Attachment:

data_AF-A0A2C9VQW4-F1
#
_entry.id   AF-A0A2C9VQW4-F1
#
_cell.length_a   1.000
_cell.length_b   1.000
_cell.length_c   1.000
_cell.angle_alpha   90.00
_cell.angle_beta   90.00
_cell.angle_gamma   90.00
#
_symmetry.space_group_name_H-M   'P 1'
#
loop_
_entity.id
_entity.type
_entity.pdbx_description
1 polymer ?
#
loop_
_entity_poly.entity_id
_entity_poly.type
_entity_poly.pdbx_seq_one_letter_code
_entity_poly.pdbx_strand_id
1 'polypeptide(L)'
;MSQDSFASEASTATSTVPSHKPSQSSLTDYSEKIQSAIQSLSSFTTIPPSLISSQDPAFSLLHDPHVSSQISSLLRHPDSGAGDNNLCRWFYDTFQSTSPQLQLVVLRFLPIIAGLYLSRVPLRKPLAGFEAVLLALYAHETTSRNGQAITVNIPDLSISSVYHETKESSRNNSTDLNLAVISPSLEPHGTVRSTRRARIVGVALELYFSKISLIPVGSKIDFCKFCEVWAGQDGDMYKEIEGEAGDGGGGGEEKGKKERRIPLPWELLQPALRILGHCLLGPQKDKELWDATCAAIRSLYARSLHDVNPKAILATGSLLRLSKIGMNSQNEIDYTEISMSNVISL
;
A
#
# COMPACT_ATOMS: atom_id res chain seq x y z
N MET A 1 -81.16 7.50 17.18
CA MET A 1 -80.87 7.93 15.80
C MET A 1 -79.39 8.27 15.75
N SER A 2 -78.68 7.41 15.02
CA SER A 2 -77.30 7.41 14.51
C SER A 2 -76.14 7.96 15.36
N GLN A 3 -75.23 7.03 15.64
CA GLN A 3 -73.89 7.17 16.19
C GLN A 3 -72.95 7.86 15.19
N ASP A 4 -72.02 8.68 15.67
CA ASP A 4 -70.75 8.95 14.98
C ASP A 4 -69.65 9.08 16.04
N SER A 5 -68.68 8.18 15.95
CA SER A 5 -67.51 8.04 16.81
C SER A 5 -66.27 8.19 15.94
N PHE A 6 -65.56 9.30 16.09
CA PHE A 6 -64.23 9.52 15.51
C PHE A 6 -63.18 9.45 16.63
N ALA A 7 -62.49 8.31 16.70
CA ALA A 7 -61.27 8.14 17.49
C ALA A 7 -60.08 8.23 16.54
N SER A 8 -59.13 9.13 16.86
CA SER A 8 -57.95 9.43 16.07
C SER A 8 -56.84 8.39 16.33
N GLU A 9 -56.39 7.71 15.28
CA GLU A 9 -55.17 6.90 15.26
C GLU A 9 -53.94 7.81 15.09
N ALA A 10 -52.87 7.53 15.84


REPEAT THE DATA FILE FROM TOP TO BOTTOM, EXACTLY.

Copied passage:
data_AF-A0A2C9VQW4-F1
#
_entry.id   AF-A0A2C9VQW4-F1
#
_cell.length_a   1.000
_cell.length_b   1.000
_cell.length_c   1.000
_cell.angle_alpha   90.00
_cell.angle_beta   90.00
_cell.angle_gamma   90.00
#
_symmetry.space_group_name_H-M   'P 1'
#
loop_
_entity.id
_entity.type
_entity.pdbx_description
1 polymer ?
#
loop_
_entity_poly.entity_id
_entity_poly.type
_entity_poly.pdbx_seq_one_letter_code
_entity_poly.pdbx_strand_id
1 'polypeptide(L)'
;MSQDSFASEASTATSTVPSHKPSQSSLTDYSEKIQSAIQSLSSFTTIPPSLISSQDPAFSLLHDPHVSSQISSLLRHPDSGAGDNNLCRWFYDTFQSTSPQLQLVVLRFLPIIAGLYLSRVPLRKPLAGFEAVLLALYAHETTSRNGQAITVNIPDLSISSVYHETKESSRNNSTDLNLAVISPSLEPHGTVRSTRRARIVGVALELYFSKISLIPVGSKIDFCKFCEVWAGQDGDMYKEIEGEAGDGGGGGEEKGKKERRIPLPWELLQPALRILGHCLLGPQKDKELWDATCAAIRSLYARSLHDVNPKAILATGSLLRLSKIGMNSQNEIDYTEISMSNVISL
;
A
#
# COMPACT_ATOMS: atom_id res chain seq x y z
N MET A 1 -81.16 7.50 17.18
CA MET A 1 -80.87 7.93 15.80
C MET A 1 -79.39 8.27 15.75
N SER A 2 -78.68 7.41 15.02
CA SER A 2 -77.30 7.41 14.51
C SER A 2 -76.14 7.96 15.36
N GLN A 3 -75.23 7.03 15.64
CA GLN A 3 -73.89 7.17 16.19
C GLN A 3 -72.95 7.86 15.19
N ASP A 4 -72.02 8.68 15.67
CA ASP A 4 -70.75 8.95 14.98
C ASP A 4 -69.65 9.08 16.04
N SER A 5 -68.68 8.18 15.95
CA SER A 5 -67.51 8.04 16.81
C SER A 5 -66.27 8.19 15.94
N PHE A 6 -65.56 9.30 16.09
CA PHE A 6 -64.23 9.52 15.51
C PHE A 6 -63.18 9.45 16.63
N ALA A 7 -62.49 8.31 16.70
CA ALA A 7 -61.27 8.14 17.49
C ALA A 7 -60.08 8.23 16.54
N SER A 8 -59.13 9.13 16.86
CA SER A 8 -57.95 9.43 16.07
C SER A 8 -56.84 8.39 16.33
N GLU A 9 -56.39 7.71 15.28
CA GLU A 9 -55.17 6.90 15.26
C GLU A 9 -53.94 7.81 15.09
N ALA A 10 -52.87 7.53 15.84